TripleO with already deployed servers

Recently I’ve been prototyping how to use TripleO with already deployed
and provisioned servers. In such a scenario, Nova and Ironic would not be used
to do the initial operating system provisioning of the Overcloud nodes.
Instead, the nodes would already be powered on, running an OS, and ready to
start to configure OpenStack.

There are a couple of reasons why I find this worth prototyping. It would allow
users to make use of other provisioning systems and technologies, such as
Foreman, Cobbler, kickstart, etc. It also allows users or developers
to use other virtual infrastructure for testing, as it would be possible to
deploy to any virt instances where you may not be able to pxe provision.

It’s worth mentioning how this concept relates to other ongoing work in TripleO
such as OpenStack Virtual Baremetal (OVB) and split-stack. OVB is an effort to
use OpenStack itself to create virt instances as needed for TripleO testing.
The prototype I’ve explored could use OpenStack itself (as I’ll show), but it
doesn’t have to, as it can make use of any running server, including actual
baremetal. OVB also still exercises Nova and Ironic to do the provisioning,
where as the deployed server idea does not.

Split-stack is a concept of splitting the single overcloud stack in TripleO
into 2 or more stacks. The stacks would be split along primary
responsibilities, such as infrastructure provisioning, network configuration,
bootstrap configuration, and OpenStack configuration. Not all the stacks would
be required, so split-stack would also allow for using already deployed servers
that were provisioned with other tools. Split-stack is an architecture change
for TripleO, and is probably a little ways down the roadmap.

Instead, I wanted to prototype a solution that would fit relatively easily into
the existing architecture. To do so, it makes the OS::Nova::Server resource
pluggable in tripleo-heat-templates, via a OS::TripleO::Server resource. By
default, OS::TripleO::Server is just mapped back to OS::Nova::Server.

To use already deployed servers, I use Heat’s resource-registry to
alternatively map OS::TripleO::Server to a new nested stack called
deployed-server.yaml. This nested stack has no OS::Nova::Server resources, so
no nova servers will be created.

It needs to have the same interface (properties/outputs) as OS::Nova::Server so
that’s it’s a pluggable replacement in the templates. To do so it applies some
SoftwareDeployments to the deployed servers to query for their hostnames and IP
addresses to set as outputs on the stack as those values are needed elsewhere
in the templates.

In essence, how it works is that the SoftwareDeployments used to apply the
network configuration and puppet manifests to the overcloud nodes will be
associated with this nested stack instead of an instance of OS::Nova::Server.

The deployed servers will be configured out of band to query for available
SoftwareDeployments for their associated nested stack, and they’ll then run the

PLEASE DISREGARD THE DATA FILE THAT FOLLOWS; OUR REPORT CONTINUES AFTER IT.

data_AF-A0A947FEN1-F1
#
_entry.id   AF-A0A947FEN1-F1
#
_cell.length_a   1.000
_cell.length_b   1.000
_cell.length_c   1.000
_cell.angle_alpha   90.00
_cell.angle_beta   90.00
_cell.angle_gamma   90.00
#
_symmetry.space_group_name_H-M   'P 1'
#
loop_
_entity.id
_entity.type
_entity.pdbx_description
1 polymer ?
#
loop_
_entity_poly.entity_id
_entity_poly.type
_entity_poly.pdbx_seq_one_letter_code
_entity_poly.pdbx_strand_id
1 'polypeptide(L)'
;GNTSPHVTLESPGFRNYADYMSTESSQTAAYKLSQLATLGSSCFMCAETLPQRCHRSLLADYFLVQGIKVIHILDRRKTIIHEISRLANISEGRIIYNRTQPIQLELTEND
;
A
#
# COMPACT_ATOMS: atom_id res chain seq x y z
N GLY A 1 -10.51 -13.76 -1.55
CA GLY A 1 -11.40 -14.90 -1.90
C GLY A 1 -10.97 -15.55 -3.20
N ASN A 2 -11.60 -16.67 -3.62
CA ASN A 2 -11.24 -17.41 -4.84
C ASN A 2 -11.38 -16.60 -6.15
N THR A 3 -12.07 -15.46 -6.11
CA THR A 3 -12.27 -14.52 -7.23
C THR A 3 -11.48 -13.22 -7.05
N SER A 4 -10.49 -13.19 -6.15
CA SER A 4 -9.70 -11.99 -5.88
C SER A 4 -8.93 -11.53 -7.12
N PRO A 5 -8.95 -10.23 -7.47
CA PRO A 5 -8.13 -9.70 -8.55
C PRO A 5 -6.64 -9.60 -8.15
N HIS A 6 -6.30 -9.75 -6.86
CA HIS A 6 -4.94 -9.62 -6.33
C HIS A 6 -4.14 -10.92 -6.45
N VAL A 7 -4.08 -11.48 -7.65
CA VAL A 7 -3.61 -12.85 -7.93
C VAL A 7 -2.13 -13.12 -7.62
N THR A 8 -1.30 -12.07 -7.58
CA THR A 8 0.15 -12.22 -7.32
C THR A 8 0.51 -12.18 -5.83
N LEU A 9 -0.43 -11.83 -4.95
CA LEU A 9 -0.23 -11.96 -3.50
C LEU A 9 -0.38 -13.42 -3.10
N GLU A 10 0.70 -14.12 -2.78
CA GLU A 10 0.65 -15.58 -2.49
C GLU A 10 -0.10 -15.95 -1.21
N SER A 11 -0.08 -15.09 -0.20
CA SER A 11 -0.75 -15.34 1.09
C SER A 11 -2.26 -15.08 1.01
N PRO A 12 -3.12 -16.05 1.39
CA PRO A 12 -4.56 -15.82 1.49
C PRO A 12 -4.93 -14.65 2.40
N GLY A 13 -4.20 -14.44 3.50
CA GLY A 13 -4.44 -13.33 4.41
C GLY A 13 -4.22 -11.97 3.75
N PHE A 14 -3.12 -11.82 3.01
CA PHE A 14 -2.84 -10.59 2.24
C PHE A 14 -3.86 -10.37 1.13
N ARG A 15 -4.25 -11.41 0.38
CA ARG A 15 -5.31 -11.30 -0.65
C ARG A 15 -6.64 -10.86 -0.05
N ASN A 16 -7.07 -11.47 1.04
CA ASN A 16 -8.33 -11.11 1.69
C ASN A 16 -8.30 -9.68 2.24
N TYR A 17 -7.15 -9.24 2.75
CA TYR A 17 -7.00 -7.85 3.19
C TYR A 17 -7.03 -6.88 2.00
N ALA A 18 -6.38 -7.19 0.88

necessary hooks (puppet/script/os-apply-config) to apply the configuration to
create an overcloud.

There are a few other patches needed to enable this all to work, I won’t detail
all those here, but I used a single topic branch called “deployed-server” in
gerrit so they’re all grouped together.

Configuring the networking on the servers can be a bit of a challenge
depending on the infrastructure in use. For instance, if you can’t route
traffic for a private subnet due to the firewall configuration that is outside
your control, it makes things a bit more difficult. In those cases, tunnels or
vpn’s could be used. I plan to detail some of the networking configurations in
a later post.

To test it out initially though, I decided to use the Rackspace public cloud
where I could create a private network with its own dedicated subnet that I
controlled. I hadven’t actually directly used the Rackspace public cloud in a few months, overall I was really pleased with the web Control Panel and the performance of the
instances.

I created a new network and called it “cltplane”, and gave it the default
192.0.2.0/24 subnet that TripleO uses for deployment:

Screenshot_2016-04-17_12-42-40

I then created 3 servers in the cloud, and made sure to attach each one to the
ctlplane network that I had created. I used the “7.5 GB Compute v1” flavor,
which has 4 vcpus and 7.5 GB ram. Of the 3 servers, one would be the
undercloud, and the other 2 would be for the overcloud nodes.

Screenshot_2016-04-18_09-27-17

On the undercloud server, I just installed a normal TripleO undercloud using
the standard process. For the local_interface configuration setting, I
specified eth2, since that was the interface connected to the ctlplane network
I had created in the cloud.

For the 2 deployed servers, I launched a vanilla Centos 7 image offered by
Rackspace in their cloud. Once the servers were up, I used a script to add the
needed packages and initial configuration to the servers. The goal of the
script is just to make the instance look the same as the initial overcloud-full
image — nothing more than that. The bulk of that work just makes use of